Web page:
How COVID-19 is accelerating digitalization

by Nemo Verbist

15 April 2020

A woman through a window

Topics in this article

Who’s responsible for digital transformation?

COVID-19 has changed everything, and then some. It’s forced shifts onto the world that feel sudden and cataclysmic. We’re facing high unemployment rates, an economic slowdown, an impending recession/depression, and all that is likely to take place even before a vaccine hits the market. What stands out to me, now more than ever, is that businesses are turning digital in droves.

If you’ve spent time scrolling social media channels lately, you may have seen the question: who’s responsible for digital transformation? Is it the CEO, CIO or COVID-19? A global pandemic has pushed businesses everywhere into an accelerated state of digitalization.

Last week, Microsoft reported a 775% increase of cloud services in regions with enforced social distancing in place. Millions of employees around the world are working remotely, and it’s changed the way we think about information technology. Everyone is immediately considered a digital native. For some, the learning curve has been steep. It’s a big jump from working in an office to spending your days collaborating online. How do you manage video-based conference calls, exchanging documents online, and driving projects via the cloud – all the while juggling full family households?

A mother and child as she's working from home

For some, the learning curve of working from home has been steep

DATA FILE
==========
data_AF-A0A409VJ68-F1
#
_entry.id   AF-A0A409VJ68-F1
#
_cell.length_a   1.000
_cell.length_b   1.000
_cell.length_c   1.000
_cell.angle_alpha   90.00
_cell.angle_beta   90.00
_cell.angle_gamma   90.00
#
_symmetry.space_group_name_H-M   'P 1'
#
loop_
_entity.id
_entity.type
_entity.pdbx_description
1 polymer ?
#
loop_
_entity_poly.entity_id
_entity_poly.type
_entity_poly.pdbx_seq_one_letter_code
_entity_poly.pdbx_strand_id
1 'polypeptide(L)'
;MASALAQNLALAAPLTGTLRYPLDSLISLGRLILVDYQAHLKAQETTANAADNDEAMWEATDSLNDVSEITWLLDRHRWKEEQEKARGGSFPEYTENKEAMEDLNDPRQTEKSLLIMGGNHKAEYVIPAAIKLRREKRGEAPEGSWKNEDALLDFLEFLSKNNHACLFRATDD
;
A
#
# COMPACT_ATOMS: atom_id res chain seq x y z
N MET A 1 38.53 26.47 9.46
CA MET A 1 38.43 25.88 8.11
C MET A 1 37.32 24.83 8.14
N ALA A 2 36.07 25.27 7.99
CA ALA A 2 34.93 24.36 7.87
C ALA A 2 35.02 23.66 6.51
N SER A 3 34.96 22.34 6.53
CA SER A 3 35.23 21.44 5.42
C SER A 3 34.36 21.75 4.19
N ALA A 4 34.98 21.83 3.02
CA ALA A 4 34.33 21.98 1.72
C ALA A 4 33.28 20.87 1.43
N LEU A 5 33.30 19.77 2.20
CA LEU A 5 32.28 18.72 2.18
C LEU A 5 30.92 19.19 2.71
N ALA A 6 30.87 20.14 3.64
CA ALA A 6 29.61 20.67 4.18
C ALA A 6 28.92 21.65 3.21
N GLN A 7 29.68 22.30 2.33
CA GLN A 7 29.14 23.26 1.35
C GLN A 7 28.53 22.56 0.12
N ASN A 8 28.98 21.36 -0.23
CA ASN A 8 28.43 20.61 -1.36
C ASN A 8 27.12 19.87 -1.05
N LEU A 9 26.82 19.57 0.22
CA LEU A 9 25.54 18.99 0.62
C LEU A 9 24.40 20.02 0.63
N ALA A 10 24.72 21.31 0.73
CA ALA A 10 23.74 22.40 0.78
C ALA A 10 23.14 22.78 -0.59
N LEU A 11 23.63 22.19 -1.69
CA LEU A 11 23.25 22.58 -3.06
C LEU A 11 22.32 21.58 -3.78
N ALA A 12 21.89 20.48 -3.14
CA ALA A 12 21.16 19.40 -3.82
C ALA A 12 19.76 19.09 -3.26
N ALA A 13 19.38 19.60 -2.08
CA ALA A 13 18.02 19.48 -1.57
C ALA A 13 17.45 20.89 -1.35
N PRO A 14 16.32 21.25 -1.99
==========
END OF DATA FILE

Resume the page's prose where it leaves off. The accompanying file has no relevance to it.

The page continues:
Cloud-based solutions are now essential to any business wishing to survive this pandemic. Government departments have had to give up any hesitation they had about operating in the cloud. Cloud isn’t just for forward-thinking, modern enterprises. It’s for everyone.

Agile is the new normal

And it’s often in times of crisis that these kinds of seismic shifts take place. As new business models emerge and cash positions remain cautious, companies will look for technology capabilities and functionalities that directly impact business objectives. Capabilities must be consumption-based so that costs are accounted for once the business attains the benefits.

We may even see work itself becoming consumption-based, with more employees dedicating their hours per project, rather than contractually sitting in an office from 9 to 5. Perhaps work will be rewarded based on the outcomes delivered, and people (and machines for that matter) will work from anywhere and at any time.

These new ways of working could have a major impact on how organizations structure their IT department. Will the IT department evolve by only sourcing capabilities that businesses need directly and in a consumptive (pay per use) model?

Moving forward, everything we do will need to be inextricably linked to business objectives. Funding for sizable projects will be put on hold and companies will want to correlate spend directly to their income statement.

A man working from home and looking at his monitors

Security is pushed to the forefront during rapid digitalization

Data and security lead the way

Data will continue to reign and those organizations maximizing their information will be the winners in the post-COVID-19 economy. How companies use and leverage data to improve their business will become the most important USP, connected to the customer experience they want to deliver. While the retail sector will suffer, online retailers that provide personalized experiences will thrive.

Security will become a sharper focus point as governments deploy new applications to map who’s had the virus and who hasn’t. The question of data privacy and security will become a default condition into any solution build.

Operating in a COVID-19 world means you must be digitally native, agile and data-driven. How do you see the new world? Are you ready for the modern collaboration it brings? Take our online assessment.

Nemo Verbist

Nemo Verbist

Senior Vice President, Intelligent Business & Intelligent Workplace